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A listing of the capacitor banks with size and operating status at time of peak.
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The next summer’s projected loads.By looking at the present peak MWand Mvars and comparing the results to the projected MW loads,Mvar deficiencies can be determined. The output of the program is reviewed and a listing of potential
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2006 by Taylor & Francis Group, LLC.
 
needs is developed. The system operations personnel alsoreview the study results and their input is included inmaking final decisions about capacitor bank additions.Once the list of additional reactive power requirements is finalized, determinations are made aboutthe placement of each bank. The capacitor requirement is developed on a per-transformer basis. Theratio of the kvar connected to kVA per feeder, the position on the feeder of existing capacitor banks, andany concentration of present or future load are all considered in determining the position of the new capacitor banks. All new capacitor banks are 1200 kvar. The feeder type at the location of the capacitorbank determines if the capacitor will be pole-mounted (overhead) or pad-mounted (underground).Capacitor banks are also requested when new feeders are being proposed for master plan communi-ties, large housing developments, or heavy commercial developments.Table 18.1 shows the number and size of capacitor banks in the SRP system in 1998. Table 18.2 showsthe number of line capacitors by type of control.Substation capacitor banks (three or four per transformer) are usually staged to come on and go off atspecific load levels.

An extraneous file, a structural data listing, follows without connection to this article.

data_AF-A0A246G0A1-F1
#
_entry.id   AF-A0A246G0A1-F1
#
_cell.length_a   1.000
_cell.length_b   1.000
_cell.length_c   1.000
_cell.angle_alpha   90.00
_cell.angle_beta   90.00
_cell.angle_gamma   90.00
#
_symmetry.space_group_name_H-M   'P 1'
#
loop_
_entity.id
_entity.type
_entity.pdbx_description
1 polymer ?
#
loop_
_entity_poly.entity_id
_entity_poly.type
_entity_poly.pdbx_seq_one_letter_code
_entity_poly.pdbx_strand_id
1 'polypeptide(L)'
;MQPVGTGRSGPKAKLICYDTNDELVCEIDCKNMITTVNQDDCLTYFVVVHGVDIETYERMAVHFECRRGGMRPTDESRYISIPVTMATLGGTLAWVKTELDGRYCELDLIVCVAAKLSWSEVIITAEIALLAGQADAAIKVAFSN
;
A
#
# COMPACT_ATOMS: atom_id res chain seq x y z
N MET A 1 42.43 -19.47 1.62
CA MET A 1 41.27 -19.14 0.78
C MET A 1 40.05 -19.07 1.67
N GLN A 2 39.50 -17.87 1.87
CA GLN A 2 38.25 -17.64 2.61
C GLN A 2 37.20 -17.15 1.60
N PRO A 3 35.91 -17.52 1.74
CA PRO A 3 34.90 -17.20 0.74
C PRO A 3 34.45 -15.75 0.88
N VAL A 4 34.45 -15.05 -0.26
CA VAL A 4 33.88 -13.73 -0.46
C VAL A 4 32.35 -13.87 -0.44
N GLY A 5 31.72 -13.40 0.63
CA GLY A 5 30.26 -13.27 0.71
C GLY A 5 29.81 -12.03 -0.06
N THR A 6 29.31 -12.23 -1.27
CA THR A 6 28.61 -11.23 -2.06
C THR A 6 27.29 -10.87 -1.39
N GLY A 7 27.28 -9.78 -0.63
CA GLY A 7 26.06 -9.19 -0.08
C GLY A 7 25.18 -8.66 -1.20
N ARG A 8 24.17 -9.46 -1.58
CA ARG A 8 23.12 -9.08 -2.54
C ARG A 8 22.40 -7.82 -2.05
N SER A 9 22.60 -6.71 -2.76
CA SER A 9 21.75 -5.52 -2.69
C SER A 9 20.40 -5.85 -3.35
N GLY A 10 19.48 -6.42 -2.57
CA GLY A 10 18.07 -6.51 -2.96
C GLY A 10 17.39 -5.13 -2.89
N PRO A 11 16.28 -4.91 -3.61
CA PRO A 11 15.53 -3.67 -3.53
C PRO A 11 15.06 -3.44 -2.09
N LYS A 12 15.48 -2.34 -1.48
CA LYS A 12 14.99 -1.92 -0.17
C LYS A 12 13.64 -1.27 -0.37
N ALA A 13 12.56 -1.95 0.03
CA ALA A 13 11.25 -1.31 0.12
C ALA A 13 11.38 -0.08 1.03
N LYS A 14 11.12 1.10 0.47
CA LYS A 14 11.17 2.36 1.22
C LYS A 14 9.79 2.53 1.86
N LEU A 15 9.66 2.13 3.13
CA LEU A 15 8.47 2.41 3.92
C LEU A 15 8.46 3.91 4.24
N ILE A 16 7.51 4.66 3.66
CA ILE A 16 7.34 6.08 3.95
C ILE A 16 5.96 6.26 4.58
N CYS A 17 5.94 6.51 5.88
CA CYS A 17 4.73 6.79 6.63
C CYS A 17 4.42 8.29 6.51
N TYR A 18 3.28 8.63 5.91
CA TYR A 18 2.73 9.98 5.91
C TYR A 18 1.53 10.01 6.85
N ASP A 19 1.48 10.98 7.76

18.3 Static VAR Control (SVC)
Static VAR compensators, commonly known as SVCs, are shunt connected devices, vary the reactivepower output by controlling or switching the reactive impedance components by means of powerelectronics. This category includes the following equipment:Thyristor controlled reactors (TCR) with fixed capacitors (FC)Thyristor switched capacitors (TSC)Thyristor controlled reactors in combination with mechanically or Thyristor switched capacitorsSVCs are installed to solve a variety of power system problems:1. Voltage regulation2. Reduce voltage flicker caused by varying loads like arc furnace, etc.3. Increase power transfer capacity of transmission systems4. Increase transient stability limits of a power system5. Increase damping of power oscillations6. Reduce temporary overvoltages7. Damp subsynchronous oscillationsA view of an SVC installation is shown inFig. 18.1.
18.3.1 Description of SVC
Figure 18.2shows three basic versions of SVC. Figure 18.2a shows configuration of TCR with fixedcapacitor banks. The main components of a SVC are thyristor valves, reactors, the control system, andthe step-down transformer.
TABLE 18.1
Number and Size of CapacitorBanks in the SRP System
Number of BanksKvar Line Station150 1300 140450 4600 758 2900 5191200 835 581Total 2257 583
TABLE 18.2
SRP Line Capacitors by Type of Control
Type of Control Number of BanksCurrent 4Fixed 450Time 1760Temperature 38 (used as xed)Voltage 5
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2006 by Taylor & Francis Group, LLC.